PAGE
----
“Congratulations!  Today is your day.  You’re off to Great Places!  You’re off and away!  You have brains in your head.  You have feet in your shoes.  You can steer yourself any direction you choose.  You’re on your own. And you know what you know. And YOU are the guy [or gal] who’ll decide where to go…Oh! The Places You’ll Go!  You’ll be on your way up!  You’ll be seeing great sights!  You’ll join the high fliers who soar to high heights.”

    Lessons from the Pavement, Part III: To Thine Own Self Be True

    I’m pretty sure I’ve mentioned this…I’m NOT a runner!  For me to get myself in exercise mode, put on those workout clothes, strap on the Nano, grab the stopwatch, and step outside and run — even in intervals — and to do this voluntarily — well I know this is big — for me.  It is not easy, it is not always fun, but I am doing it, and I am doing it for myself.

    At this point in time, I am not really caring about how fast I run, not caring about how graceful I look (or don’t – as long as my limbs and extremities stay safe), just caring that I am doing it, and that I am (for the most part) maintaining a positive attitude.  That inner voice continues loud and clear, “You can do this.  You are doing this.  Keep going.  Find your pace.  Keep your pace.  Thirty more seconds.  You can do this.”  So even when I don’t feel the same level of energy as the day before, or the crest of the mountainous hill seems impossible to reach, I continue.

    Today was definitely one of those days when I needed to listen closely to the inner voice, because otherwise the temptation to stop the music, stop the stopwatch, and stop running was too great.  As I was mentally applauding myself for completing another interval of running (while also recovering my breath), “ZHOOM” a blur of blue and white sailed past me…a fellow runner, but not just any runner, a pro-looking runner.  This guy had the running shorts, the bottle strapped to the back, the runner’s look — everything — and not to mention the fact that he just SAILED right past me.  Admittedly, lots of thoughts came to mind, “He’s cool because he has cool shorts.  Look how graceful he looks.  What great form he has!  I’ll never run like that [whine]!”  Then I had to stop myself.  Sure, maybe all those things were true – you know, the shorts, the look, the form, the speed, but were those my reasons for being out here? NO!  Back to the encouraging voice, “Look at you – you’re doing it.  You’re running — something you never thought you’d be doing, and you’re doing it!  Right now it doesn’t matter how fast you’re going, what you look like while doing it [thinking about Phoebe’s famous running form in Friends], or what you’re wearing — what matters is that you’re out here, you’re doing it, and you’re doing it your way!  Keep it up.  You can do this.”  I love that voice!  I love the reminder – and Shakespeare, thanks for the words from “Hamlet”.  [BTW – for more about this speech, check out this blog]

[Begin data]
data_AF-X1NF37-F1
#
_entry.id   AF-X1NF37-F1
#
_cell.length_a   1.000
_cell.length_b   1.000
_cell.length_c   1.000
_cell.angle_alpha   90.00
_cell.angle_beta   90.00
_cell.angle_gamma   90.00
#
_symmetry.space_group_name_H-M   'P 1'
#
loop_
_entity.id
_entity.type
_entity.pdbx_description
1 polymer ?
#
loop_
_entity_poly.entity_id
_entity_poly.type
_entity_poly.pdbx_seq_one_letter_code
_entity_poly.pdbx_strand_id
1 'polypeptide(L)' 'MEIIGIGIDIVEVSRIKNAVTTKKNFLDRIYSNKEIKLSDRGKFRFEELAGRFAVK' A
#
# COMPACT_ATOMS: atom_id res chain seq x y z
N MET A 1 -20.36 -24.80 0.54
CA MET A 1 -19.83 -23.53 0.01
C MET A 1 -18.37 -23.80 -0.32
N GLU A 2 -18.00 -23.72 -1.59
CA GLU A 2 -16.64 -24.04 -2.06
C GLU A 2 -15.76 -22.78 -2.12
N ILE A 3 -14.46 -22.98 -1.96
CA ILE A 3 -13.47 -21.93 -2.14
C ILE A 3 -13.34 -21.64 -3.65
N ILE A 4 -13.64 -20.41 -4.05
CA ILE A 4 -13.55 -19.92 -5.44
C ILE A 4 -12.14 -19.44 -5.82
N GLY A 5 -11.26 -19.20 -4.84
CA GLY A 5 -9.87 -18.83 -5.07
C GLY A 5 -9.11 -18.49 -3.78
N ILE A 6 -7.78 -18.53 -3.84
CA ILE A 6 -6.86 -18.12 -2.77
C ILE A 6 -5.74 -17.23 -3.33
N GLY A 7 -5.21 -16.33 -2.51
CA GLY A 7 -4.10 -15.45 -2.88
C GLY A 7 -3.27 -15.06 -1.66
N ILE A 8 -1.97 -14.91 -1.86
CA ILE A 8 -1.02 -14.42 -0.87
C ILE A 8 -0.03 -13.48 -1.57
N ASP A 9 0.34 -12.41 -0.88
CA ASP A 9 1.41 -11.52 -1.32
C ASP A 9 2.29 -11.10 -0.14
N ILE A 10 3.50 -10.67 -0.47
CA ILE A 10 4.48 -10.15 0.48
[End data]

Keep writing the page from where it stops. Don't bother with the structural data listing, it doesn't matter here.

“This above all: to thine own self be true,  And it must follow, as the night the day, Thou canst not then be false to any man.  Farewell; my blessing season this in thee!”

    Lessons from the Pavement, Part II: What a Tangled Web We Weave

    I have never claimed to be Ginger Rogers, my mother did not give me the middle name “Grace”, and it is not uncommon for me to stub my toes on the corners of the bed or the sofa.  HOWEVER, I do have the coordination skills necessary to ride a bike, walk and chew gum at the same time, AND jog.  Yet on my walk and jog days of my 8-week plan, I find that that the iPod headphone wires take on a life of their own and either threaten to ensnare my arm, unplug from the Nano and run away, or choke me — the nerve!

    I don’t go to the gym a lot, but I know I see lots of mp3 listening gadgets and lots of headphone cords.  I got to wondering – how do people do it?  How do they jog, lift weights, or do the ellipticals without those silly cords getting in the way?  I know I’m not the most graceful, but like I said, I’m not wholly without coordination either.

    I tried shifting my headphones to come around from the back, tried wrapping the cords a little bit, tried giving myself more slack — nothing was working.  I started thinking about wireless headphones (don’t even know if they exist, but imagine they must), but really didn’t want to go down that road — “there HAS to be a fix”!

    Perhaps this is the image I saw and just imagined how the cords run -- as I look now it seems as though cords run behind her back, but who knows -- I was inspired! -iSkin Duoband